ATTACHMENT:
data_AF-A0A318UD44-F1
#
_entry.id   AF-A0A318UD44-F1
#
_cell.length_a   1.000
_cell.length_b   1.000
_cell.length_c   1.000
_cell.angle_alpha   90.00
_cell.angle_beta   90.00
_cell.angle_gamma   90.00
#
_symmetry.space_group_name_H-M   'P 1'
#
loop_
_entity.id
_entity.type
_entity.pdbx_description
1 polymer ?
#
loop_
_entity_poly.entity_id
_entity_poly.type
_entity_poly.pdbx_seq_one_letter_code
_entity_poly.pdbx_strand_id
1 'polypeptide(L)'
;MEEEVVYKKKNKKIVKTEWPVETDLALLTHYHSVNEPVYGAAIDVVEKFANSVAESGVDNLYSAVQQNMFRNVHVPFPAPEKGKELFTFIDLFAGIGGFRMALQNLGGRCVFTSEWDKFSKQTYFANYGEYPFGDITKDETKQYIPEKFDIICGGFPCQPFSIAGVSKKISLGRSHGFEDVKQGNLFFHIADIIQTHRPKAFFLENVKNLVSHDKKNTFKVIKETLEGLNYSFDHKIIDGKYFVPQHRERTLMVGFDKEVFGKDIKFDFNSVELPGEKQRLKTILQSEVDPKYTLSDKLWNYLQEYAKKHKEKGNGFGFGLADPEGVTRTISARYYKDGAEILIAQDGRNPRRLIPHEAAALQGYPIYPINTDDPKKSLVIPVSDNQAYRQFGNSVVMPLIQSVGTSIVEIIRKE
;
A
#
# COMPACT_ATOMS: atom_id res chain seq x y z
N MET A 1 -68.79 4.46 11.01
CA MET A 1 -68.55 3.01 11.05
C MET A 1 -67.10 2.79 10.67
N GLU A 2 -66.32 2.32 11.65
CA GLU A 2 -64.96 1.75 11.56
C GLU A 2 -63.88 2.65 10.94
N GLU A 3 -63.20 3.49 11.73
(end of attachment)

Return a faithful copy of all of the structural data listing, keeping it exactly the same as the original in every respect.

data_AF-A0A318UD44-F1
#
_entry.id   AF-A0A318UD44-F1
#
_cell.length_a   1.000
_cell.length_b   1.000
_cell.length_c   1.000
_cell.angle_alpha   90.00
_cell.angle_beta   90.00
_cell.angle_gamma   90.00
#
_symmetry.space_group_name_H-M   'P 1'
#
loop_
_entity.id
_entity.type
_entity.pdbx_description
1 polymer ?
#
loop_
_entity_poly.entity_id
_entity_poly.type
_entity_poly.pdbx_seq_one_letter_code
_entity_poly.pdbx_strand_id
1 'polypeptide(L)'
;MEEEVVYKKKNKKIVKTEWPVETDLALLTHYHSVNEPVYGAAIDVVEKFANSVAESGVDNLYSAVQQNMFRNVHVPFPAPEKGKELFTFIDLFAGIGGFRMALQNLGGRCVFTSEWDKFSKQTYFANYGEYPFGDITKDETKQYIPEKFDIICGGFPCQPFSIAGVSKKISLGRSHGFEDVKQGNLFFHIADIIQTHRPKAFFLENVKNLVSHDKKNTFKVIKETLEGLNYSFDHKIIDGKYFVPQHRERTLMVGFDKEVFGKDIKFDFNSVELPGEKQRLKTILQSEVDPKYTLSDKLWNYLQEYAKKHKEKGNGFGFGLADPEGVTRTISARYYKDGAEILIAQDGRNPRRLIPHEAAALQGYPIYPINTDDPKKSLVIPVSDNQAYRQFGNSVVMPLIQSVGTSIVEIIRKE
;
A
#
# COMPACT_ATOMS: atom_id res chain seq x y z
N MET A 1 -68.79 4.46 11.01
CA MET A 1 -68.55 3.01 11.05
C MET A 1 -67.10 2.79 10.67
N GLU A 2 -66.32 2.32 11.65
CA GLU A 2 -64.96 1.75 11.56
C GLU A 2 -63.88 2.65 10.94
N GLU A 3 -63.20 3.49 11.73